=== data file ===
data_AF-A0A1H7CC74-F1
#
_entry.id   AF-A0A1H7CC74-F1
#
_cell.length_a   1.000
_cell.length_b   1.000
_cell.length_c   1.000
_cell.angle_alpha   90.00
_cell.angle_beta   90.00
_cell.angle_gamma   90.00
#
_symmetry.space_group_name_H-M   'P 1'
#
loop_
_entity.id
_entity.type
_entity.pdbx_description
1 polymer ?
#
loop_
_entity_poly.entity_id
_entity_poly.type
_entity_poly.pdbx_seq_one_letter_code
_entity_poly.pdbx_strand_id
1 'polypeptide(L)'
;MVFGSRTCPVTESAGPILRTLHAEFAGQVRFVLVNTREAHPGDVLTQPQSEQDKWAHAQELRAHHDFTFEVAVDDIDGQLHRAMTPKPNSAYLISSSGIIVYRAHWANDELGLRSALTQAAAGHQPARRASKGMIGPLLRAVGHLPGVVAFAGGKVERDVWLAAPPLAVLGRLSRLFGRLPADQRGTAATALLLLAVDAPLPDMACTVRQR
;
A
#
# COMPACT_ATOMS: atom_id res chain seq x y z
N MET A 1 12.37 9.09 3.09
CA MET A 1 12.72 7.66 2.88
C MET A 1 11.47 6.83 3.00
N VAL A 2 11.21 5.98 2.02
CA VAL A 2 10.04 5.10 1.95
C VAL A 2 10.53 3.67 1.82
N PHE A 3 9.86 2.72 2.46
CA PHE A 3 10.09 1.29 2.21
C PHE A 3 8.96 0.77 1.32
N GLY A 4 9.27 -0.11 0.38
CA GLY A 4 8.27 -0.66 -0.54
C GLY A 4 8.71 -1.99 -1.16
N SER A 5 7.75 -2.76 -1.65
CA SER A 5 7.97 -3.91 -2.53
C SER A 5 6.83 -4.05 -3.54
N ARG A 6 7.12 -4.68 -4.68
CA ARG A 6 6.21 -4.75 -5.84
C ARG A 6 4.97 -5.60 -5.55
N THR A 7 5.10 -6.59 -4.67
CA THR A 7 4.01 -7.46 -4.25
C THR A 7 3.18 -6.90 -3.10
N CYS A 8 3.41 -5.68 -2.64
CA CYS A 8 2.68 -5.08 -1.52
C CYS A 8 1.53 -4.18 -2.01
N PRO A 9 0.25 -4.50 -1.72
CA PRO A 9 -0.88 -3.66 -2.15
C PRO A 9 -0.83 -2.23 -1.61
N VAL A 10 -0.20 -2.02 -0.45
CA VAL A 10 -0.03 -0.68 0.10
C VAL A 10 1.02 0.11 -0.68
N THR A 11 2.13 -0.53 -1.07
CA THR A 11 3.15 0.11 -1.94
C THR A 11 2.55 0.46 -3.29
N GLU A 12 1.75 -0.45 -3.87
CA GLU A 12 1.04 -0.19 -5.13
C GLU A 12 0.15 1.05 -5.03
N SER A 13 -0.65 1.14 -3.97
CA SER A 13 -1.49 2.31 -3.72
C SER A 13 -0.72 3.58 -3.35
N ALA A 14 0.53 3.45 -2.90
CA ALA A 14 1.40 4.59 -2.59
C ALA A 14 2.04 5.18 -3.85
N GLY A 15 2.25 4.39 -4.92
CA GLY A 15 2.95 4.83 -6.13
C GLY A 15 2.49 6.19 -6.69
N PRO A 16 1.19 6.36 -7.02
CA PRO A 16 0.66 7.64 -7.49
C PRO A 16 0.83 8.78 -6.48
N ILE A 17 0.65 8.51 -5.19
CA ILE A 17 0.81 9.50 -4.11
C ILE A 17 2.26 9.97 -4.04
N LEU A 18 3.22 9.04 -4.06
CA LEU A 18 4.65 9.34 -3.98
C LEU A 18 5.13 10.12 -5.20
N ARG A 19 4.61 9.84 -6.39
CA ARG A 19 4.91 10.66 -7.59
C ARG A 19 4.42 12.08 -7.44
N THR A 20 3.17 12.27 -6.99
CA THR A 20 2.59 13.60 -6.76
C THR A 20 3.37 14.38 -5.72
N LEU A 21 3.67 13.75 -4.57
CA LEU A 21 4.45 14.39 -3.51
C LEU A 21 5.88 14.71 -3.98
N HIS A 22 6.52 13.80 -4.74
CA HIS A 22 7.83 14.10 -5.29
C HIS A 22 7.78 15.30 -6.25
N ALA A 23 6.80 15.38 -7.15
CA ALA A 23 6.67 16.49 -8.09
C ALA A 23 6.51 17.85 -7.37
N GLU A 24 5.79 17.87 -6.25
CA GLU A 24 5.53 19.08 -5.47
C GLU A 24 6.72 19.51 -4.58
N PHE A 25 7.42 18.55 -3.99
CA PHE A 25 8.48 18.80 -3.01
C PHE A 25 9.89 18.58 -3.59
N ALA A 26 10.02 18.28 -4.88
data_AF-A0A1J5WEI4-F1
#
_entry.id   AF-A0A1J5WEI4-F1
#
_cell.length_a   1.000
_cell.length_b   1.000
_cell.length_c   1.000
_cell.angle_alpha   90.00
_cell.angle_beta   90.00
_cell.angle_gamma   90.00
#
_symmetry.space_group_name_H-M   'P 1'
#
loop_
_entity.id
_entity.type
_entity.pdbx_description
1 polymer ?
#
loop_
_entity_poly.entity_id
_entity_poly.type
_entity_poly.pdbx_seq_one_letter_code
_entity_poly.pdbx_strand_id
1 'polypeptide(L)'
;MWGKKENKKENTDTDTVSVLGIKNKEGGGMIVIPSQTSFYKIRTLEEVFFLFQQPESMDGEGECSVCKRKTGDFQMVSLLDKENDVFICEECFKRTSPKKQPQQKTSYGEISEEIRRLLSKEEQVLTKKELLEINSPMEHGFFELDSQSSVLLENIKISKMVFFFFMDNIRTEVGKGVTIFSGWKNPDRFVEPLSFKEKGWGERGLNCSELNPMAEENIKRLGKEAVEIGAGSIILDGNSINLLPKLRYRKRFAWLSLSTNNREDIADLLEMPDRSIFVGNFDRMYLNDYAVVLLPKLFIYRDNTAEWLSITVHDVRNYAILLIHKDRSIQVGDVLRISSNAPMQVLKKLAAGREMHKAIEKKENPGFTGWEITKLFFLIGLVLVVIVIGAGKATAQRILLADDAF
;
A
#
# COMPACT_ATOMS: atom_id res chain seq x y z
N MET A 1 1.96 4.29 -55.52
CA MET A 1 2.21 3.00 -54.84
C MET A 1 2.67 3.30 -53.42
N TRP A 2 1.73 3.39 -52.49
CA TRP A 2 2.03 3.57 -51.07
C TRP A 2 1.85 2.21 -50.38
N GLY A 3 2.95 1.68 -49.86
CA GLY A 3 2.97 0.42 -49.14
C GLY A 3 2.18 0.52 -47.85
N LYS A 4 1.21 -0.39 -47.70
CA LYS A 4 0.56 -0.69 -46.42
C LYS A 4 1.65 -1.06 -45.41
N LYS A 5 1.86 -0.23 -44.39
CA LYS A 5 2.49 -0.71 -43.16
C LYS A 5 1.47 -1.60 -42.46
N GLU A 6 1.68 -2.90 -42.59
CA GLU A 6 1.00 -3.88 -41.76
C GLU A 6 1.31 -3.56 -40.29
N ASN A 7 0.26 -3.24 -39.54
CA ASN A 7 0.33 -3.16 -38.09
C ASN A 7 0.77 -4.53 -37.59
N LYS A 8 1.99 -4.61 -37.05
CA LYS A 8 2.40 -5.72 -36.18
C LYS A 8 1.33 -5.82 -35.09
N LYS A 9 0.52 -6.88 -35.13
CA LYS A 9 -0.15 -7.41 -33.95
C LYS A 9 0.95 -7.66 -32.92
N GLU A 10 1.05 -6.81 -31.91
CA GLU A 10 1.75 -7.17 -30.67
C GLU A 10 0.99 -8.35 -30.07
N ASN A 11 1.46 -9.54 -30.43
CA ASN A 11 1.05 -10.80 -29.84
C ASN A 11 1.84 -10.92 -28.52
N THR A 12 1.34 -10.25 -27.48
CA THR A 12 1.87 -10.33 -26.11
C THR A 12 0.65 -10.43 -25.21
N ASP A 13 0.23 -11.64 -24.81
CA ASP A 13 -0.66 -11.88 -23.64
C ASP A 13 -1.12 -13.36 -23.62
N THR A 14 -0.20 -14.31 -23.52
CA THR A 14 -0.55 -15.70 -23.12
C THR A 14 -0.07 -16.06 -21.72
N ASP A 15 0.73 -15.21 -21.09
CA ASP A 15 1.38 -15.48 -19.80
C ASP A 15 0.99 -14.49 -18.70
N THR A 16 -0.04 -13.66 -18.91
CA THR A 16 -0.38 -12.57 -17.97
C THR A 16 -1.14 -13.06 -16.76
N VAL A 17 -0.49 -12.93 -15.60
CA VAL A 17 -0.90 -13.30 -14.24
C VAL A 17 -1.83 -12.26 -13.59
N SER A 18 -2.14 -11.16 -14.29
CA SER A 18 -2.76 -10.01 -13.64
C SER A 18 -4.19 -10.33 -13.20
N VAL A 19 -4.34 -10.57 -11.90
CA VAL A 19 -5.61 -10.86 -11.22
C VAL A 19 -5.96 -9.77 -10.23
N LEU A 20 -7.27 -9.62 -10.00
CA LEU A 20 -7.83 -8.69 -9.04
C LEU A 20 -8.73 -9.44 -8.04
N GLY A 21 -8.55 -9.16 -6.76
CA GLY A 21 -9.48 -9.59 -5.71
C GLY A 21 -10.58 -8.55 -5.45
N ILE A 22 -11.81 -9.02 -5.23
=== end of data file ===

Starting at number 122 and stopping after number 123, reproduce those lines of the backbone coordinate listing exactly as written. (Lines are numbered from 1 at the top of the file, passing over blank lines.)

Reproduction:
_entity.type
_entity.pdbx_description